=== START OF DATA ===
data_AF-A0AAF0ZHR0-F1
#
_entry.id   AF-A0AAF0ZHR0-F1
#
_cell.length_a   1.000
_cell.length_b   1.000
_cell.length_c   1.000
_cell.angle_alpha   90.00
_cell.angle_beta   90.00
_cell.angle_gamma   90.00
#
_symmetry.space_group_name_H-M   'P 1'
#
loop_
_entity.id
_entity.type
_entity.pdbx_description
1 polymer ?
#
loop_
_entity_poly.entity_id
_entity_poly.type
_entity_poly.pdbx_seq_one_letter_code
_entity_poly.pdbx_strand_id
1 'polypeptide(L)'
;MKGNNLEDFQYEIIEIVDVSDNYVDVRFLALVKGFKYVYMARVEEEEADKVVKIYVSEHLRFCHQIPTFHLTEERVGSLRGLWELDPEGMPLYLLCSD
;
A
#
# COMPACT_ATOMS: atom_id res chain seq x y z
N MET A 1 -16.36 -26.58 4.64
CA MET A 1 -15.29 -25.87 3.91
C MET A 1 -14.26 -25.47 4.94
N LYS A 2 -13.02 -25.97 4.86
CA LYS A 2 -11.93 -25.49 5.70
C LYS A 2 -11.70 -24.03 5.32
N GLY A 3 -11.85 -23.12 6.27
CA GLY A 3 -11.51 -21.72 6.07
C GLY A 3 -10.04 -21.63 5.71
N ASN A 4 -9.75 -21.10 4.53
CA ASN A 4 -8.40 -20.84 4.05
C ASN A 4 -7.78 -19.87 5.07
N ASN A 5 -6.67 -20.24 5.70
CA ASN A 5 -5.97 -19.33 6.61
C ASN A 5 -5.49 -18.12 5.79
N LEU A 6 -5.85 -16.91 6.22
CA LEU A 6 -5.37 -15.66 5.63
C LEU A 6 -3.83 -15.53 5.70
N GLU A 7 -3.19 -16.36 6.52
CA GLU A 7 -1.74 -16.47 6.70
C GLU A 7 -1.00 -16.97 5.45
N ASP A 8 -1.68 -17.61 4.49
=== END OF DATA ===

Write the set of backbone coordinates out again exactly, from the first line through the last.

data_AF-A0AAF0ZHR0-F1
#
_entry.id   AF-A0AAF0ZHR0-F1
#
_cell.length_a   1.000
_cell.length_b   1.000
_cell.length_c   1.000
_cell.angle_alpha   90.00
_cell.angle_beta   90.00
_cell.angle_gamma   90.00
#
_symmetry.space_group_name_H-M   'P 1'
#
loop_
_entity.id
_entity.type
_entity.pdbx_description
1 polymer ?
#
loop_
_entity_poly.entity_id
_entity_poly.type
_entity_poly.pdbx_seq_one_letter_code
_entity_poly.pdbx_strand_id
1 'polypeptide(L)'
;MKGNNLEDFQYEIIEIVDVSDNYVDVRFLALVKGFKYVYMARVEEEEADKVVKIYVSEHLRFCHQIPTFHLTEERVGSLRGLWELDPEGMPLYLLCSD
;
A
#
# COMPACT_ATOMS: atom_id res chain seq x y z
N MET A 1 -16.36 -26.58 4.64
CA MET A 1 -15.29 -25.87 3.91
C MET A 1 -14.26 -25.47 4.94
N LYS A 2 -13.02 -25.97 4.86
CA LYS A 2 -11.93 -25.49 5.70
C LYS A 2 -11.70 -24.03 5.32
N GLY A 3 -11.85 -23.12 6.27
CA GLY A 3 -11.51 -21.72 6.07
C GLY A 3 -10.04 -21.63 5.71
N ASN A 4 -9.75 -21.10 4.53
CA ASN A 4 -8.40 -20.84 4.05
C ASN A 4 -7.78 -19.87 5.07
N ASN A 5 -6.67 -20.24 5.70
CA ASN A 5 -5.97 -19.33 6.61
C ASN A 5 -5.49 -18.12 5.79
N LEU A 6 -5.85 -16.91 6.22
CA LEU A 6 -5.37 -15.66 5.63
C LEU A 6 -3.83 -15.53 5.70
N GLU A 7 -3.19 -16.36 6.52
CA GLU A 7 -1.74 -16.47 6.70
C GLU A 7 -1.00 -16.97 5.45
N ASP A 8 -1.68 -17.61 4.49